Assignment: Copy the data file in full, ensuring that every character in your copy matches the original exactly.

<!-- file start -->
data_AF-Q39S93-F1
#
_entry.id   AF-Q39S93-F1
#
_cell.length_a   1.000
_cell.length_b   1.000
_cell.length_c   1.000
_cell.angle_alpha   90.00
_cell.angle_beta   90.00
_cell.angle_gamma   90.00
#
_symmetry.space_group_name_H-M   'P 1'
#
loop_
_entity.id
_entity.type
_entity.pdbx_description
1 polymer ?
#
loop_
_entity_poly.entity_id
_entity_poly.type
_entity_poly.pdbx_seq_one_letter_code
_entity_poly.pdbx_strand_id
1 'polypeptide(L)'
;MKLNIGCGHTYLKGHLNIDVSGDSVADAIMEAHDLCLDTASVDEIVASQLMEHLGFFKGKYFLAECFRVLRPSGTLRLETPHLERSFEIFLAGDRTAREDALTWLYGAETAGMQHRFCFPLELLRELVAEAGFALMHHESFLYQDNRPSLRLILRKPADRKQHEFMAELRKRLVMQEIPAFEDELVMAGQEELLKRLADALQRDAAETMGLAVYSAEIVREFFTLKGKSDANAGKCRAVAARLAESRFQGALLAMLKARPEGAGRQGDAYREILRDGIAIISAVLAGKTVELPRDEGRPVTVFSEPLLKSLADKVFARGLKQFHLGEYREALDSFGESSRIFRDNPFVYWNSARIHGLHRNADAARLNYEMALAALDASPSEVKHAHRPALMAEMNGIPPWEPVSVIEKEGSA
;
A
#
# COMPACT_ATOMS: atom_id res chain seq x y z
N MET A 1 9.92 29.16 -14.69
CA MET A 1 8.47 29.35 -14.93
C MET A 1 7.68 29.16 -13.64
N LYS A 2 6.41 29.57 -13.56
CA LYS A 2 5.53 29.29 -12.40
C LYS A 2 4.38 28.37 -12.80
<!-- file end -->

data_AF-Q39S93-F1
#
_entry.id   AF-Q39S93-F1
#
_cell.length_a   1.000
_cell.length_b   1.000
_cell.length_c   1.000
_cell.angle_alpha   90.00
_cell.angle_beta   90.00
_cell.angle_gamma   90.00
#
_symmetry.space_group_name_H-M   'P 1'
#
loop_
_entity.id
_entity.type
_entity.pdbx_description
1 polymer ?
#
loop_
_entity_poly.entity_id
_entity_poly.type
_entity_poly.pdbx_seq_one_letter_code
_entity_poly.pdbx_strand_id
1 'polypeptide(L)'
;MKLNIGCGHTYLKGHLNIDVSGDSVADAIMEAHDLCLDTASVDEIVASQLMEHLGFFKGKYFLAECFRVLRPSGTLRLETPHLERSFEIFLAGDRTAREDALTWLYGAETAGMQHRFCFPLELLRELVAEAGFALMHHESFLYQDNRPSLRLILRKPADRKQHEFMAELRKRLVMQEIPAFEDELVMAGQEELLKRLADALQRDAAETMGLAVYSAEIVREFFTLKGKSDANAGKCRAVAARLAESRFQGALLAMLKARPEGAGRQGDAYREILRDGIAIISAVLAGKTVELPRDEGRPVTVFSEPLLKSLADKVFARGLKQFHLGEYREALDSFGESSRIFRDNPFVYWNSARIHGLHRNADAARLNYEMALAALDASPSEVKHAHRPALMAEMNGIPPWEPVSVIEKEGSA
;
A
#
# COMPACT_ATOMS: atom_id res chain seq x y z
N MET A 1 9.92 29.16 -14.69
CA MET A 1 8.47 29.35 -14.93
C MET A 1 7.68 29.16 -13.64
N LYS A 2 6.41 29.57 -13.56
CA LYS A 2 5.53 29.29 -12.40
C LYS A 2 4.38 28.37 -12.80